There are some things no one tells you when you start coaching – at least no one told me. When I first started, for example, I’d book coaching calls one after the other, but I eventually realized that I needed some breathing space in between.
There are important things to do in order to bring closure to one client call and prepare for the next. Some are logistical, like making notes about the previous call or reviewing notes before the next call.
Ideally, I can get outdoors for some fresh air to breathe, relax, and rejuvenate myself. All of these tasks are important to get my whole person ready for that next session.
It’s just as important to properly end the previous session – set it aside, wrap it up, and let go of any residual thoughts or feelings. Some coaches have in-depth rituals for this – they may light a candle, or do some yoga poses or stretches.
The goal is to do whatever you need to do to be fully present for the next coaching conversation. And allowing yourself enough time and space to do those things. You need to learn this about yourself and know what you need and how long that takes. And then to honor that in your schedule.
How to honor time in a coaching session
To protect the starting time, make sure you have caller ID! I can’t tell you how many times I’ve been waiting for a client to call when other calls came in and I’d be tied up on the line.
Now, how do you end a call on time? What I teach students is that as the coach, I am responsible for keeping the time. What I typically do at about 8 to 10 minutes before the end is to say something like, “Well, we’ve got about 8 minutes to go, where do we go from here?” or “What are the next steps for you?”
Then with about 2 minutes to go, I’ll again say, “Well, we’re just about at the end, so what are you learning or discovering from this?” or “What was most helpful to you in our call?” or “What will be different going forward now as a result of our coaching session?” or “How will these great insights you’ve had play out in the next few days?”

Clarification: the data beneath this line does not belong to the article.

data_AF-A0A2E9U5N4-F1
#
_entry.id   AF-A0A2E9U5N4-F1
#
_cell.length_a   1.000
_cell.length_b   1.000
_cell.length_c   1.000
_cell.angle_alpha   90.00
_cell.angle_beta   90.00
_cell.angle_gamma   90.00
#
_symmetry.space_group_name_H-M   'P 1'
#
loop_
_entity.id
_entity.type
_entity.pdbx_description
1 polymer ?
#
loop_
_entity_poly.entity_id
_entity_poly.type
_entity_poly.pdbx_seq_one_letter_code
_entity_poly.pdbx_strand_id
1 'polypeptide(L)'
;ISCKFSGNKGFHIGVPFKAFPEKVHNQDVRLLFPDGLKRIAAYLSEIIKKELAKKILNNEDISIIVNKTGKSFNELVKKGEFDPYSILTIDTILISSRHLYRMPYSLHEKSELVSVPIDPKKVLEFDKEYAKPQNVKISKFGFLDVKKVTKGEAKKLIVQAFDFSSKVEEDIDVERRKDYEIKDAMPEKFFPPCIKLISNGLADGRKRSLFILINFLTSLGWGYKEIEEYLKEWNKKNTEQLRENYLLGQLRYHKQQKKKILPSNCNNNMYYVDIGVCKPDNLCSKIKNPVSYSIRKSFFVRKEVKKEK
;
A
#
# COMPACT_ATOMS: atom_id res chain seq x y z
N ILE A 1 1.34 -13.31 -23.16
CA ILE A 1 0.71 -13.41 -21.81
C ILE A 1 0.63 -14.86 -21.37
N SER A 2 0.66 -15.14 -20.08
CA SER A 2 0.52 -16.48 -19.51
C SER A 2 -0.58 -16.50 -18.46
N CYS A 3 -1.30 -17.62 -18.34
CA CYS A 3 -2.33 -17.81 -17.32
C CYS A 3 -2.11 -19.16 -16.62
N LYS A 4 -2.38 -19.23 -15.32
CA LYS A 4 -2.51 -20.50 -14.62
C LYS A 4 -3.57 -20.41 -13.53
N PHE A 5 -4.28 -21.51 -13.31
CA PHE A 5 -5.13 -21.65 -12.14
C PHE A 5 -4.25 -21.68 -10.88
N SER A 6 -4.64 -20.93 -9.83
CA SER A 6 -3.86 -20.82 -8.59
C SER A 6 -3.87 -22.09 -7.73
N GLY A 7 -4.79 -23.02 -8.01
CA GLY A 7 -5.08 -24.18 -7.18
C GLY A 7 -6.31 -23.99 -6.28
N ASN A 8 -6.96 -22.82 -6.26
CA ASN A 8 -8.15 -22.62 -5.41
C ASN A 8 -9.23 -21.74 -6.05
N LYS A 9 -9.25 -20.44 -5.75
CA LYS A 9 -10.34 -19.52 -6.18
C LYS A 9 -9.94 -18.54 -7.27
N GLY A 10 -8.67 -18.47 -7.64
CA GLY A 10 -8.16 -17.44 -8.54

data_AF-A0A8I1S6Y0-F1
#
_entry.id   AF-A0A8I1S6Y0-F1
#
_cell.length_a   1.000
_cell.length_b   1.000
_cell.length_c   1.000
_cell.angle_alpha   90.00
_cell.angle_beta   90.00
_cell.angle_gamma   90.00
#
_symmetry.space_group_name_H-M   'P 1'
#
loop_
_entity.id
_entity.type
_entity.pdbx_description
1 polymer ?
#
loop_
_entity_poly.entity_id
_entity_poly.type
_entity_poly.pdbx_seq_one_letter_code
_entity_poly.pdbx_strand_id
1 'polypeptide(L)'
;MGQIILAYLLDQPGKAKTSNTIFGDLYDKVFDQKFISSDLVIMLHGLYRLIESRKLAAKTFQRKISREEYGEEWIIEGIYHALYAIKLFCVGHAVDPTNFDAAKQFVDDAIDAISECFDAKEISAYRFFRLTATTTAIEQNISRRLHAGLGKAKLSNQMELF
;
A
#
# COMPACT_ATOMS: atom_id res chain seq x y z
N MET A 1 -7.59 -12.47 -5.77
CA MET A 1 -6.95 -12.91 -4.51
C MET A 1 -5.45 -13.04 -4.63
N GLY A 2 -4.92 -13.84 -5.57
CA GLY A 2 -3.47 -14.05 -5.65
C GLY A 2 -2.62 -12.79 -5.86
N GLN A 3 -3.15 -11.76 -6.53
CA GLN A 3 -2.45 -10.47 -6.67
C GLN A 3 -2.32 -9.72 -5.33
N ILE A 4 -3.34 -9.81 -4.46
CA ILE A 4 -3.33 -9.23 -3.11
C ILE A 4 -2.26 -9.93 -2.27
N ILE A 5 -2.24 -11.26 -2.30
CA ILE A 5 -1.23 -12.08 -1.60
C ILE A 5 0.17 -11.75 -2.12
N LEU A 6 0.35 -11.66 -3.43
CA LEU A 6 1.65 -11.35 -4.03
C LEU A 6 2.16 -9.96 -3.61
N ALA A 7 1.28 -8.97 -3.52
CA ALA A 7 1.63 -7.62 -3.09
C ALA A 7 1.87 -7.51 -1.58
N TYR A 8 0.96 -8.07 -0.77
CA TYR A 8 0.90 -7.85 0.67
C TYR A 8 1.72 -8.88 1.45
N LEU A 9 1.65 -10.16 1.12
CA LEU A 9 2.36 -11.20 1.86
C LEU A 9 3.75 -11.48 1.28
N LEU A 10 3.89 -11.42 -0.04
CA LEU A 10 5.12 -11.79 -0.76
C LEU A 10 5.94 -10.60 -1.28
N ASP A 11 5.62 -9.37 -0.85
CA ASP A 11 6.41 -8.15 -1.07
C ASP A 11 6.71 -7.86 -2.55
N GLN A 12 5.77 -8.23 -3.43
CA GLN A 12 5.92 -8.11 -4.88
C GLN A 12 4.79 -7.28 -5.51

These questions are an intentional signal to the client and to myself. We’ve been both holding on to the baton during the coaching and now I’m going to let go.
What if the client launches into a new story or topic? This happens, and if it’s really important, I’ve created the space to allow that to happen by scheduling some breathing room in between. Rarely, though, is it really crucial that we have that conversation right then and there.
I might say, “Wow, that sounds really important. Since our time is up, why don’t you give that some additional thought and maybe send me an email? Then let’s pick it up next time.”
I’m convinced that when it comes to coaching, less is more. Let’s keep to those bite-sized chunks of coaching – we don’t need those smorgasbords. Let’s just chew on something and move on.
A lot of students struggle with this; they want to give the client more time. Even an hour doesn’t seem like enough – but it is! I suggest that all new coaches hold themselves to an end time for their sessions. Practice sitting in that discomfort. And give yourself the space to do it.